Because it’s just what we do. We stand by them and love them. We’re embarrassed and proud, fearful and hopeful all at once. We laugh with them and at them. We feed them. We're mothers.

So happy almost mother’s day to her, and to me, and all of you.  And no matter what, don’t forget the sandwich.

Tuesday, April 9, 2013


Soon, it will be my friend Jonah’s birthday. He will be turning 5. It seems so hard to believe because it feels like just yesterday that he and I met. I doubt he remembers that day very much.  But I do. I remember everything and nothing about it all at the same time.

It was a spring day. Not much unlike this one: warm but not hot. Bright, piercing sun. My mother had been in the hospital for what felt like a long time but probably wasn’t that long in reality. She had been moved to the ICU in just the past day or two. The ICU was dark: either literally or figuratively. I think it really was dark, not that it just felt that way. There were no sounds: no one talking. There was only the whirring and beeping of machines and this feeling of sickness that hung in the air. Hope might be found there, but it was stretched thin. It felt awfully hard to come by.
At the same time that my mother was upstairs in the ICU, one of my oldest and dearest friends was just a few floors down in the same hospital having her baby. I had no excuse not to visit. She was but four floors away. I took the elevator down. I remember the elevator doors opening and feeling startled because I wasn’t sure what I was seeing. It was sunlight streaming in from nearby windows. I heard voices and some laughter and the crying and cooing of new voices. There was some stillness, but not the kind that feels like there is no air or hope. The kind of stillness you find when you don’t want to wake a sleeping baby.

I walked into her room. My friend looked great – lovely as ever. She looked like a beautiful, strong, healthy new mom. It felt good to be around strength. I don’t remember who else was in there except her parents. They looked calm and strong and happy and proud. I wanted to wrap myself in it.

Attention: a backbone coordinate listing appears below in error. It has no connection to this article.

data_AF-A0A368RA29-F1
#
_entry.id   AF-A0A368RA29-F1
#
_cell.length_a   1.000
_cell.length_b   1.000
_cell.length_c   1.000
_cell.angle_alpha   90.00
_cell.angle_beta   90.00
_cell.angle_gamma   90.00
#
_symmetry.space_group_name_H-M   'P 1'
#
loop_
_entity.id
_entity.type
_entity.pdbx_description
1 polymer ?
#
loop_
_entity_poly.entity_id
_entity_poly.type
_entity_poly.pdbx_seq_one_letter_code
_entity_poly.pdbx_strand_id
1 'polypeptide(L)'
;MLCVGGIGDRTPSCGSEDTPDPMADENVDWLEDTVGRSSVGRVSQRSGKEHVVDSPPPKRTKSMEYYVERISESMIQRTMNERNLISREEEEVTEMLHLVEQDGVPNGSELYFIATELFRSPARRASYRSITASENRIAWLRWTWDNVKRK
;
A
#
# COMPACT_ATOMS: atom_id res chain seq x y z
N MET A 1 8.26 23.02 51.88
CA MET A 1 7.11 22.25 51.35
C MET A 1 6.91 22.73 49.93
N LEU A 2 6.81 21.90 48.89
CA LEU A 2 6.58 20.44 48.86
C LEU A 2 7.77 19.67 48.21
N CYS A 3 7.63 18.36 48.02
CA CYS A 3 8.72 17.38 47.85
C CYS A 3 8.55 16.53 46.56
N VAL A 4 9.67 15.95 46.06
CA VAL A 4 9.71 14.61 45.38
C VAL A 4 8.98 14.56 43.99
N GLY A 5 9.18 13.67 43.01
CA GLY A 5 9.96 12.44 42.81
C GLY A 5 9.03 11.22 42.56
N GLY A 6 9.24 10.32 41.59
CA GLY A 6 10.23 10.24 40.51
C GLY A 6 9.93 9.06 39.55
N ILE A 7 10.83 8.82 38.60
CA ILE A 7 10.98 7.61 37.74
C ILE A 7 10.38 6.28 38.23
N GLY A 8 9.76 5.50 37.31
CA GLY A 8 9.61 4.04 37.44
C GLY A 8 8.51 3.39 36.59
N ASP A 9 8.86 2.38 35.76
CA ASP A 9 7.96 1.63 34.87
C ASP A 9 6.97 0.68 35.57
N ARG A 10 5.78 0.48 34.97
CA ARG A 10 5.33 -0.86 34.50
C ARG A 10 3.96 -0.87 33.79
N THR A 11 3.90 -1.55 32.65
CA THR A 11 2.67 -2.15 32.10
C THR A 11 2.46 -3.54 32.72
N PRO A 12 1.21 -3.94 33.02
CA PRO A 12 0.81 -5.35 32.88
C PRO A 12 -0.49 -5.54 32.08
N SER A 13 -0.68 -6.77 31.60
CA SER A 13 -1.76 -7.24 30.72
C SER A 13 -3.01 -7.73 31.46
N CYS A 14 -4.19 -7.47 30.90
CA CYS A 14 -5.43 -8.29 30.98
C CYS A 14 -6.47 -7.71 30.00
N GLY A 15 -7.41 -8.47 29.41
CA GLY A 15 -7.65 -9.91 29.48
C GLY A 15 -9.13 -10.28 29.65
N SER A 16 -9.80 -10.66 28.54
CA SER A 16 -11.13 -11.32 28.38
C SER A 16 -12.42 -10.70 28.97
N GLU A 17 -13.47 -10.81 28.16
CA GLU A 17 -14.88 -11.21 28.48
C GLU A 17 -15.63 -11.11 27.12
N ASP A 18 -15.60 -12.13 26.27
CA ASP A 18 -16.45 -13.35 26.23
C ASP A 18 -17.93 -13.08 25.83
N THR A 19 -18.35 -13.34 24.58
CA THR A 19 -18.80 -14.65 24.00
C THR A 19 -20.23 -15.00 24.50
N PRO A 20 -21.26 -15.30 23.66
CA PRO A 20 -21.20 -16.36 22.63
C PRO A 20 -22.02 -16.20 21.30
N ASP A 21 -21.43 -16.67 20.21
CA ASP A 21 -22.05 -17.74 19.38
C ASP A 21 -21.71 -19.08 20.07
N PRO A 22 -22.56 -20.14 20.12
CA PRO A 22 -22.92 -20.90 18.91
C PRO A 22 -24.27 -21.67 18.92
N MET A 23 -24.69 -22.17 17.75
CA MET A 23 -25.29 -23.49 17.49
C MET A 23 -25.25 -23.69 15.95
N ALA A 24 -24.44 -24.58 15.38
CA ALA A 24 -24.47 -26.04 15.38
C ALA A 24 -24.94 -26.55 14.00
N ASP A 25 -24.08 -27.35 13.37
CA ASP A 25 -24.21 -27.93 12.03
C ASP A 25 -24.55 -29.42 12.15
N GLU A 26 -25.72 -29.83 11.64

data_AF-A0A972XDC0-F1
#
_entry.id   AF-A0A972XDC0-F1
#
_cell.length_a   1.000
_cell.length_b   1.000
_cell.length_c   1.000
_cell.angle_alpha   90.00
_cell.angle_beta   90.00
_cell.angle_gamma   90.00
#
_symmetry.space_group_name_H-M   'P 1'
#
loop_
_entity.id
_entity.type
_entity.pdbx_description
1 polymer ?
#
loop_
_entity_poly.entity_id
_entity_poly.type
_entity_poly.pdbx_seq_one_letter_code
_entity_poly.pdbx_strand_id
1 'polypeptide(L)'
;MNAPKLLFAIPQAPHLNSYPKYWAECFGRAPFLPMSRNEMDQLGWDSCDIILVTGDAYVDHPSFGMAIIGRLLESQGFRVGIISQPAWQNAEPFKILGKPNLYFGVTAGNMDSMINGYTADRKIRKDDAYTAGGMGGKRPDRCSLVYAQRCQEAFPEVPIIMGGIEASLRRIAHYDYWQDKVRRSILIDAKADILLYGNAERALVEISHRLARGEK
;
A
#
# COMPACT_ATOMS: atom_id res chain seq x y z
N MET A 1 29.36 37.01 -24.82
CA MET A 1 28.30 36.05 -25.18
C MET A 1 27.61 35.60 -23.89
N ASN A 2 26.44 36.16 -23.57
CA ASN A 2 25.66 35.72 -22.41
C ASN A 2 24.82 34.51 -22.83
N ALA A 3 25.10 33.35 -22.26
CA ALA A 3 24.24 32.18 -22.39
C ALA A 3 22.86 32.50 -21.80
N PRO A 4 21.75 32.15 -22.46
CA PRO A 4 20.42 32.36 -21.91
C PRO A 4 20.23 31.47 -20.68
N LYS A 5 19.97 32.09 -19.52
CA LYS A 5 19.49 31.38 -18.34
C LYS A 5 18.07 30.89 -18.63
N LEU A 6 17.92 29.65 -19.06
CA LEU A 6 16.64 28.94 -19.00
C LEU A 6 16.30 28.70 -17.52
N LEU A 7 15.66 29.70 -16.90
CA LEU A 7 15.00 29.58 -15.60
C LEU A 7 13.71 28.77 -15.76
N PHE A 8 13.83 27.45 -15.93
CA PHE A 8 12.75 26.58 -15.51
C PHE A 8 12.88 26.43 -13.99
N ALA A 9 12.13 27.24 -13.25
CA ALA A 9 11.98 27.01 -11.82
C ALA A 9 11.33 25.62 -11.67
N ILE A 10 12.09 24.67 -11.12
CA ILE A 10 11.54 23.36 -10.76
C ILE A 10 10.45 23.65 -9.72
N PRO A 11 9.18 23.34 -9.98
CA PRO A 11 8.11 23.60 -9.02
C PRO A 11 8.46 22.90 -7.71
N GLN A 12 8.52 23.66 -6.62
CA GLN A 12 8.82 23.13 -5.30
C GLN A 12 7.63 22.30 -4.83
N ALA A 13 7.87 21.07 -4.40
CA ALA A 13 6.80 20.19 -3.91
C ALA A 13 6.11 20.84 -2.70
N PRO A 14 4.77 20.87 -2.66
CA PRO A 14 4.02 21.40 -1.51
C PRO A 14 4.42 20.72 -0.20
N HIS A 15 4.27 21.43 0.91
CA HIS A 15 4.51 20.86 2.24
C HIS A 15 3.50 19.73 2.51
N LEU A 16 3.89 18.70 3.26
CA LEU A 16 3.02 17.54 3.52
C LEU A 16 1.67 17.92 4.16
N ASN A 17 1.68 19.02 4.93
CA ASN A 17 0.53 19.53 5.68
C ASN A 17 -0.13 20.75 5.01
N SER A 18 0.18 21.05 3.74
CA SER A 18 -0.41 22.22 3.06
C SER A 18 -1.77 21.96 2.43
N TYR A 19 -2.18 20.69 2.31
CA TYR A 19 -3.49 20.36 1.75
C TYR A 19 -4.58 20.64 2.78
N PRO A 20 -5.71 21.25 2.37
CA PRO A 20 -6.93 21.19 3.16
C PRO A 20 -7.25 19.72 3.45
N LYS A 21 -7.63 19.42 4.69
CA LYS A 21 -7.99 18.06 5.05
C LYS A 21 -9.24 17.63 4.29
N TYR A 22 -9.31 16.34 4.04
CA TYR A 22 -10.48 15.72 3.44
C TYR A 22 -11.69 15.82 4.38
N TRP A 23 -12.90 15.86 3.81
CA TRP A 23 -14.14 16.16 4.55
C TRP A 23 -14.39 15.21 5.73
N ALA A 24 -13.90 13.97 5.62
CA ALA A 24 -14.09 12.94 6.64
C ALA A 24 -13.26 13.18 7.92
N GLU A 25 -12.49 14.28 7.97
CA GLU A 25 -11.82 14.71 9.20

And then there was my friend Jonah. He was new and pink and wrapped tightly as all babies are and for just a minute, I held him. Even though my own baby at the time was just 4 months old, he felt like a giant next to this new little peanut. I wondered if Dylan had ever been this small, this feathery light. He smelled new. He felt peaceful. He was this new tiny light telling me that this is how it’s supposed to work. New beginnings you are eager to unwrap, goodbyes you don’t want to have. He was my reminder that there was life and sunshine and hope even in the darkest of places.

And the funny thing about my friend Jonah is he is still so much like that. He is silly and happy and funny. And if ever I am feeling down or less than sunny if I turn a corner and I see him there with that grin on his face, well I just know that he’s been sent yet again to remind me to buck up; that there will always be hard things to do, and that there will always be new beginnings to be had.
This past weekend was my mother’s yahrzeit. This is the date according to the Jewish calendar that marks her passing. As I said Kaddish (the mourner’s prayer), my heart felt heavy. But then the new week started and the weather warmed. I met my friend Jonah at the park. He flashed me his famous smile and told me a vintage potty joke that only a 5 year old boy can appreciate, and I remembered again that tiny pocket of hope he’d  sewn in my heart all those years back to remind me that life is good. Or more importantly just that life is. That I’m still here.

I was grateful for it. I was grateful for him. Happy Birthday Jonah.